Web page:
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A group of men wearing the red jersey are capable of incredible things

And so, Munster find themselves with their backs against the wall yet again. Always enthusiastic about going into a European fixture as underdogs, I doubt many in the current set-up would have dealt themselves this particular hand, had the choice been theirs.

The numbers are stark: 22 players added to the European Cup squad in preparation for this weekend’s game, including five front rows. All of them under 21 years of age. There exists the very real possibility that some youngsters who haven’t come within an ass’ roar of a game of professional rugby yet, will trot out to make their debuts in Coventry on Sunday.

It’s hardly an ideal scenario, is it? Yet rather than having an ominous feeling about the whole thing, I think the stage is being set for this motley crew, of guys that could still holiday in Ayia Napa without being creepy, British & Irish Lions, and everything in between, to do something special and surprise Wasps with a result for the ages.

I’ve often had old-timers tell me that Munster has lost its way over the years. They say the club and the supporters have become detached from one another. That the AIL has been forgotten. They lament the number of home-grown guys that have been forced to search for opportunities elsewhere, and the lack of local talent ready to replace them when they leave.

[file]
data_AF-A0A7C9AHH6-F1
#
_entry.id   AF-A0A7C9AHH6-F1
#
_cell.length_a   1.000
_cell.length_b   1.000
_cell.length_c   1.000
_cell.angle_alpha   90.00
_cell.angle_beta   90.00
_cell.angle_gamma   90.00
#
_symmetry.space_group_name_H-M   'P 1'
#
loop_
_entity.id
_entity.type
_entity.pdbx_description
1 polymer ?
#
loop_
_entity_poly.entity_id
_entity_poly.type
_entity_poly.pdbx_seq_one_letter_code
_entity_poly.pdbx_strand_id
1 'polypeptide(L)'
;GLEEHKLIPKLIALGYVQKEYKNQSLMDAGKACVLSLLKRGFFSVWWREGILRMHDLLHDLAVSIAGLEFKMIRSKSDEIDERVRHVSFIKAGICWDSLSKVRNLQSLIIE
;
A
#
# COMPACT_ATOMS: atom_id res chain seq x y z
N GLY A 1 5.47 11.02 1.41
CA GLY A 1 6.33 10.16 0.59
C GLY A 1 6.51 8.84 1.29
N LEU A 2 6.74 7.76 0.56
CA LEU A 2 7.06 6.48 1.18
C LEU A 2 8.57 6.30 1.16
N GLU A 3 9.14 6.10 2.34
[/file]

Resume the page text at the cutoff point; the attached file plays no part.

There is some merit to these arguments. Gone are the days when the squad was roughly a 50/50 split between Limerick and Cork, with a sprinkling of talent from further afield. The number of Limerick players, in particular, has fallen off a cliff, and the sustained success of the county’s hurlers is only going to make the challenge of rectifying that more and more difficult in years to come.

We have to be honest though, and accept this is what happens when an organisation has to navigate the ever-evolving tides of professional sport. And while certain things can be and could have been done better, it’s not possible to please everyone. To try is a fool’s errand.

Despite these shifts in the dynamic of the province and the bones of contention they have created, one thing has remained consistent through the peaks and troughs of Munster’s journey in the professional era: the ability to shock, upset, and do the impossible.

The ‘miracle match’ against Gloucester in January 2003 was a seminal moment in club folklore and instilled a belief in everyone that regardless of how high the odds are stacked against them, a group of men wearing the red jersey are capable of incredible things.

Early on in Rassie Erasmus’ tenure in charge, when things were still waiting to click for the group, someone had advised him to watch the game to better understand why Thomond Park was a unique place to play. Previously, he had lambasted us after someone suggested we should target winning all our home games that season, with away victories being an added bonus.

He didn’t like that at all. ‘It’s a game of rugby, it’s 15 on 15, it doesn’t matter what pitch you’re playing on’ was the essence of what he said. To his credit, having watched the Gloucester game, he announced that he was withdrawing his previous remarks because he got it now. He got what made Thomond Park and Munster special.

We watched a few select clips of what can only be described as the men in red ‘putting the shits up’ the travelling Englishmen. How anyone ever played in jerseys that size is beyond me. They must have weighed the same as a small child that day in the Limerick mud.